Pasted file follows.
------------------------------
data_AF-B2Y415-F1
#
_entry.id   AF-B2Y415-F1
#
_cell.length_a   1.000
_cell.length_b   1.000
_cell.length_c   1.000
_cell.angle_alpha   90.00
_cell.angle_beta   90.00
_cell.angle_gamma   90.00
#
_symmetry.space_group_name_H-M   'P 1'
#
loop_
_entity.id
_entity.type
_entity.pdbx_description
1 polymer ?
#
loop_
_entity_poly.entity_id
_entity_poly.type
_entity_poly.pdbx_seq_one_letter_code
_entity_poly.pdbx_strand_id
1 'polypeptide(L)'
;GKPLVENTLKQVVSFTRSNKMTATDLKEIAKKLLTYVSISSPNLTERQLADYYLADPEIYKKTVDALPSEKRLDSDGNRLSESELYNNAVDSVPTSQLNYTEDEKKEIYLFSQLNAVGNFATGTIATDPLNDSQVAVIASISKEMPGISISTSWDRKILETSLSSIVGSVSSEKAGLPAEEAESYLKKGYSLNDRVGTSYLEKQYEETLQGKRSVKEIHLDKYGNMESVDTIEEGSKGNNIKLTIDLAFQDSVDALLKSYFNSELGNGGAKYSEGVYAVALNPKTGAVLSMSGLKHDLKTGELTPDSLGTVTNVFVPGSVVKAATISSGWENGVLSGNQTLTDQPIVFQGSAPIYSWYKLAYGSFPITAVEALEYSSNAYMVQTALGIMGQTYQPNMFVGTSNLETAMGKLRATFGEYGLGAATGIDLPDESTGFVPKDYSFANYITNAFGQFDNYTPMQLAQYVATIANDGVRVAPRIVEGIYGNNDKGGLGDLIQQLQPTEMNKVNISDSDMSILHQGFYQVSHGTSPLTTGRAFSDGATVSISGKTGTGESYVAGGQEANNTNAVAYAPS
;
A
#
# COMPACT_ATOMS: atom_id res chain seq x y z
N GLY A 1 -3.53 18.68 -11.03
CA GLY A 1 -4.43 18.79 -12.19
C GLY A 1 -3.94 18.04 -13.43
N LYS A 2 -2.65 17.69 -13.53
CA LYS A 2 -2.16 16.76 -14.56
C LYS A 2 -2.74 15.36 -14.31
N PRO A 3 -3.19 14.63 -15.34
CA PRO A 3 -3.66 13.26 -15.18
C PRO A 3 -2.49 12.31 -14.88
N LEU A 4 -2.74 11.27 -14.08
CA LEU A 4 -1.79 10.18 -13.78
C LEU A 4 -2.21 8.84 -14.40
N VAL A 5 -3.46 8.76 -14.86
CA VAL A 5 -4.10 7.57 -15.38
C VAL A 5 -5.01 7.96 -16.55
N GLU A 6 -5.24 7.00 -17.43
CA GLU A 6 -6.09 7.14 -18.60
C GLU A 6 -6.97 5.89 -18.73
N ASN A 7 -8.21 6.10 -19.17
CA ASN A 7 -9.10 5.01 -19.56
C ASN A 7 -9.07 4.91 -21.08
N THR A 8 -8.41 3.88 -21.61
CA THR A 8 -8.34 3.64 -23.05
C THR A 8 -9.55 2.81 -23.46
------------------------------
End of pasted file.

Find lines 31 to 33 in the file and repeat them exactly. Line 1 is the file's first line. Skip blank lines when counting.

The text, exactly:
N GLY A 1 -3.53 18.68 -11.03
CA GLY A 1 -4.43 18.79 -12.19
C GLY A 1 -3.94 18.04 -13.43